Maybe you’re one of the few persons I have not yet told of our recent remodeling effort. Let’s assume you are. We began simply enough, with innocent thoughts of new carpet in the master bedroom and closet. Something plush and clean (not threadbare and pet-stained) with a soft memory-foam liner to cushion our bare feet. This impulse led to new paint, new banisters, new bathroom fixtures and mirror, even a new bedroom windowsill. Also, out with the old: our couch that arrived a color of blue we never ordered, nor could ever fully name, was carried to the curb. It stuck out a thumb and was picked up within 30 minutes. Not so that comfy chair we bought 30 years ago for our first home in Salt Lake City, Utah--the one we found on clearance way in the back of the store, that we toted with care to other homes in Princeton, NJ, Oxford, MS, Annapolis, MD, and, finally, here to St. Louis, MO. It still sits sun-soaked at the curb, no takers on the third day.
Life goes on. A friend of mine asked yesterday if we were preparing to sell the house and move. I said, “Nope, just trying to stay alive right here.” One of my favorite poets, Christian Wiman, once wrote “that in the end we go to poetry for one reason, so that we might more fully inhabit our lives and the world in which we live them, and that if we more fully inhabit these things, we might be less apt to destroy both” (Ambition and Survival: Becoming a Poet 120). I’ve not found a better reason to read and write poetry. Everything about me wants to inhabit more fully this life and this world—not flee it, judge it, use it up from a distance. Everything about me wants to inhabit this world—not some ideal world, not some ideologically pure or politically correct world, not some virtual wannabe world, not some spiritualized pie-in-the-sky precinct beyond this world, but this world which wobbles and warms and yet somehow manages to keep turning. Every bone in my body wants to sop up this life like marrow, not some sanitized, cosmeticized, “made over” life, not some carefully controlled and contrived life, but this life where love deepens as losses mount, this beautiful, terrible one I’ve been given to love with “fear and trembling”: balding, cancer-marked, aging and arthritic, prone to Southern-accented fits of egoic whining and unkindness, apt even to fall spellbound to the siren call of the Home Depot Carpet Guy—this life rife with faithful family and friends, morning sunrise and evening moonglide, daily runs and walks with Maya the Wonder Dog, evenings spent with my wife recapitulating the day and missing our grown children, a life with more books than I can ever hope to read, ever pressed by the urgency of Word and words—this life, this world, this habitation. God comes, calling me to inhere lovingly all this wholiness.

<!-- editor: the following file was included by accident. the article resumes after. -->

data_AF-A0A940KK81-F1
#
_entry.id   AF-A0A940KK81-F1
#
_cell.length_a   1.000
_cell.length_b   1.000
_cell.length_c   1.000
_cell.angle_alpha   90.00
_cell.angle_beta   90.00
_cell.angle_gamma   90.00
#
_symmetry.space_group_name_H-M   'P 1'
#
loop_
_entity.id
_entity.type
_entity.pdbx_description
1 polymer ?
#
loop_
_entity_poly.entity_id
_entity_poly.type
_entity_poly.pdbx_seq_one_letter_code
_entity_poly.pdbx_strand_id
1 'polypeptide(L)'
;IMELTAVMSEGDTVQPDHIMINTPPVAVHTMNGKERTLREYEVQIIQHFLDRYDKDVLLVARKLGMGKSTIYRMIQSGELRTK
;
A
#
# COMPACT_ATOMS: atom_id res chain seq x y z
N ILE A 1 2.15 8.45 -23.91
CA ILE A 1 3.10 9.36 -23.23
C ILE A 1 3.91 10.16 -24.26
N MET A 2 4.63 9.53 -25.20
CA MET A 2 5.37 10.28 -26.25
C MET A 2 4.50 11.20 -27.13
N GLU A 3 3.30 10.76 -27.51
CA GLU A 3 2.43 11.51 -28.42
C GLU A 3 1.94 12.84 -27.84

My friend was onto something, however: getting new carpet is a lot like moving, but not. My wife and I seek to keep moving yet rooted, which means passing through occasional patches of havoc in order to let go and inhabit our home anew. Appliances wear out, rooms no longer occupied are anointed for new callings, you get caught up Feng Shui-ing your bedroom, you realize your library is fast becoming The Tomato That Ate Cleveland. And everything you remodel or box up for the Salvation Army is a nagging reminded of mortality and brokenness. We’re pruning our history, mucking around in memories that make this life our own, this world our home.
Alone one day, as I wrestled a mattress nicknamed The Incredible Hulk down the hall, I was fit to be tied. Then something common happened: in my haste and frustration I tugged too hard. That’s how I managed to bump the beautiful communion set gifted to my family when we left Broadneck Baptist Church in Annapolis, the summer of '94. Beautiful shards of pottery burst all over the living room floor, broken by the sheer desire to keep moving and stay alive.
I stood there, stilled and crestfallen. Eventually my shame gave way to sorrow. Then a tenderness best named as gratitude rose up from its resting place below. Faces and hands appeared, all opening wide before the cup and the host contained by this gift of clay, palm-shaped and baked in the kiln. 21 years of accrued Eucharistic joy, drawn near by the costly severance. Yes, we sometimes find ourselves at our worst, breaking all that’s best, that’s a fact; but God always ends up with the last word: extending yet one more invitation to stay alive by inhabiting the Unbreakable Love.
Lord, in all our striving to love and live fully within this world you’ve given us, to keep moving yet rooted deep, heal our havoc, honor with your wholiness even our sin, forgiving and restoring our tendencies, both willful and inadvertent, that break up and scatter this life and this world we’re called to inhabit more fully, to love. Amen.